Basic 30A Switching Supply
 

If you are on a tight budget, this may be the ultimate solution. A simple bare bones 30A switching supply can be purchased for around $25.  Most have the option of either 110VAC or 220VAC input. The example below shows a chassis with 8 terminals.
-  Two for the 110/220VAC input
-  Three for the 12VDC positive output
-  Three for the 12VDC negative output.
These are exposed terminals, so caution as well as proper fusing must be used. To power a small mobile transceiver, you may also need to purchase a 12VDC accessory plug.  They are very basic with no frills, but can get the job done. 
 
 
 
Full Function Switching Power Supply
 
The other option is to acquire a complete full function power supply (shown below). The examples here show the various options which are available. Although similar in appearance, the configurations are very different. Here are some of the options available.
 
 
30A main terminals - This if where the rubber meets the road. Note that all variations below show 30 Amp in some capacity, either as Continuous or Surge. For FM transceiver operation, I would concentrate on the Continuous rating. The screw terminals on the supply accept either stranded wire or traditional banana jacks.
   

10A accessory plug -  Most 25W transceivers provide a 12V power plug for your vehicles accessory jack. This jack is normally fused for around 10A. Having an accessory jack on the face of the power supply makes it convenient to swap your radio from the car to the house.

3-5A front terminals -  A pair of auxiliary terminals on the front can be used for that second radio running 25W or less.

5V 2A USB Output -  If you want the convenience of charging you mobile devices, some come equipped with USB jacks. 

Voltage Output -  The supplies below give you the flexibility of of either fixed 13.8V, or variable 9-15VDC. This is selectable by a switch on the back.

Noise Offset -  As well filtered and regulated as they are, there's always the possibility of noise spike showing up. The newer supplies offer a noise adjust which allows the user to shift this noise to a different frequency if this should occur.
 
 
You can't judge a book by it's cover. Below is an example of five power supplies.  All are very similar in appearance, but with different ratings and options.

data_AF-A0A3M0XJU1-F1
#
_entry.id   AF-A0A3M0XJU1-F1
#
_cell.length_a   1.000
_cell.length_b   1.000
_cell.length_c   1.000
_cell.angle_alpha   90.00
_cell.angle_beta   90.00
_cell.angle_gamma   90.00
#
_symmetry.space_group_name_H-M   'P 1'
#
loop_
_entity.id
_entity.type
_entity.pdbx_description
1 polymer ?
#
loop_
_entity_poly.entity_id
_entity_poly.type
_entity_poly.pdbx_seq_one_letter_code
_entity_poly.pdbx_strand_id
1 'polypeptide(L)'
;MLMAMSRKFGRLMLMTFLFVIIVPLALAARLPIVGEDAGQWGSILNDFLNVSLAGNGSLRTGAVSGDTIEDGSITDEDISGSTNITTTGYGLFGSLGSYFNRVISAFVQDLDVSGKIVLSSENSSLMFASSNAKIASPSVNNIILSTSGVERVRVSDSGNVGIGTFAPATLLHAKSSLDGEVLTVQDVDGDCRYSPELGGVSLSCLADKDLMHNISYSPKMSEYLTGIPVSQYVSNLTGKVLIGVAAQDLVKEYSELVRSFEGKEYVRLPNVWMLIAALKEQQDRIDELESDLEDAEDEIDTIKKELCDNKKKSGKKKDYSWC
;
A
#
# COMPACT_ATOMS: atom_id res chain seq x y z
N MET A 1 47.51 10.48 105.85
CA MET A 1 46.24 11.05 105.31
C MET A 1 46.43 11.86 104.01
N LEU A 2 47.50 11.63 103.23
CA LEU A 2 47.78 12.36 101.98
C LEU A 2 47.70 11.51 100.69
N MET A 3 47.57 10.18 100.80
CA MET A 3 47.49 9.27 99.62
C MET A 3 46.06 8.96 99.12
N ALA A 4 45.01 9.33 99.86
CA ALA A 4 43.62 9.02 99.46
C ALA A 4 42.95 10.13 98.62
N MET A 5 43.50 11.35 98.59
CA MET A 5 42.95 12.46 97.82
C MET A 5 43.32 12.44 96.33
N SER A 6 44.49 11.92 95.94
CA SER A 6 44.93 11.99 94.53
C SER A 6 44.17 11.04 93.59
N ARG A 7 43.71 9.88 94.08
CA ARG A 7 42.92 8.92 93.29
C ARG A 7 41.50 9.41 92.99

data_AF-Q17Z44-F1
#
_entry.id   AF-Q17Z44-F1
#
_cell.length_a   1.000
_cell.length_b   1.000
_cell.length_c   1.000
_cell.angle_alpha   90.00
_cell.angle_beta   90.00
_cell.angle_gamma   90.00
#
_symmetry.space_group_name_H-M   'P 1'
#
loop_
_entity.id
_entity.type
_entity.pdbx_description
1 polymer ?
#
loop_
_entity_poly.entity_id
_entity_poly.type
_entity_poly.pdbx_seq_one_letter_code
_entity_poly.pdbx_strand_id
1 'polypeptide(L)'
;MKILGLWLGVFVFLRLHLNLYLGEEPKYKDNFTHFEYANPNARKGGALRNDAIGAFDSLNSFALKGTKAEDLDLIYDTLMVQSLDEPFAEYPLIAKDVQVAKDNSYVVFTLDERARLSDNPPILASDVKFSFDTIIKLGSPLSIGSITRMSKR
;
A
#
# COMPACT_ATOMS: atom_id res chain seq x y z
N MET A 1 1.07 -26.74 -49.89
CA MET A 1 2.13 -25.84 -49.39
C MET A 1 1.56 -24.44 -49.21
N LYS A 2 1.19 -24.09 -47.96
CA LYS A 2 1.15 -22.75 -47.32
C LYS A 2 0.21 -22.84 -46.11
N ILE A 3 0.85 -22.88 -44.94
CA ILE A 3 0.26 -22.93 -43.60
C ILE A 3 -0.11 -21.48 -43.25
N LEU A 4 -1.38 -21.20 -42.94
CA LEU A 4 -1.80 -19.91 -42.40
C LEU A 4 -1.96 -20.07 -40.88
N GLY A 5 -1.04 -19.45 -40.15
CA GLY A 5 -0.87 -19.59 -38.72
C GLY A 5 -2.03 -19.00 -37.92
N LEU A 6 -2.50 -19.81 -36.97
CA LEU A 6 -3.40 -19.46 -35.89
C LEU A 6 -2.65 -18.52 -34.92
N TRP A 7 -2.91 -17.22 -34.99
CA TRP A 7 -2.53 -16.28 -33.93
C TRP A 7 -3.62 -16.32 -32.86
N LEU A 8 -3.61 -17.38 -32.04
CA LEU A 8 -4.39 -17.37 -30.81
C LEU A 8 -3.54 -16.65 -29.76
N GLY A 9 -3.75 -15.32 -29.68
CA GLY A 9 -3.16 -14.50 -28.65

click to enlarge
 
Typical Rear View

110/220VAC Input
Cooling Fan
Voltage Selection
     Fixed 13.8, Adjustable 9-15V
13.8V  30A output Terminals
TekPower  TP30SWII

25A Continuous (30A Surge)
10A Accessory Plug
3A  Terminals
Voltage Adjust  /  Noise Offset
Analog  Meter 
 

click to enlarge
 
 

click to enlarge
 
   
QJE    TP30SWV
  (MTC Radio)
TekPower  TP30SWV


25A Continuous (30A Surge)
10A Accessory Plug
3A  Terminals
Voltage Adjust  /  Noise Offset
LCD  Meter
Jetstream  JTPS30LCD  (MTC Radio)

25A Continuous (30A Surge)
10A Accessory Plug
3A  Terminals
Voltage Adjust
LCD  Meter 
 

click to enlarge
 
 

click to enlarge
 
Alinco  DM-330MV  (MTC Radio)

30A Continuous (32A Surge)
10A Accessory Plug
5A  Terminals  x2
Voltage Adjust  /  Noise Offset
Analog Meter 
Alinco  DM-330FX

25A Continuous (30A Surge)
10A Accessory Plug
5A  Terminals  x2
5V 2A  USB Ports  x2
Voltage Adjust  /  Noise Offset
Analog Meter  
 

click to enlarge
 
 
 

BIG DOG

Now, if you're looking for what could be the last power supply you'll ever need, you may want to consider this one. No frills, all business and more power than the average user will ever need.
 
TekPower  TP50SW

45A
Continuous (50 Surge)
10A Accessory Plug
Voltage Adjust  /  Noise Offset
Analog Meter  



As you can see above, power supplies come in all shapes, sizes, and features.  They range in price from $25 to $200+.  I personally use a TP30SWII. It runs cool and haven't had the cooling fan come on once, but the Big Dog is awfully tempting.

Which supply is best for you is the one fits your needs and pocketbook.
 
So many toys, so little time.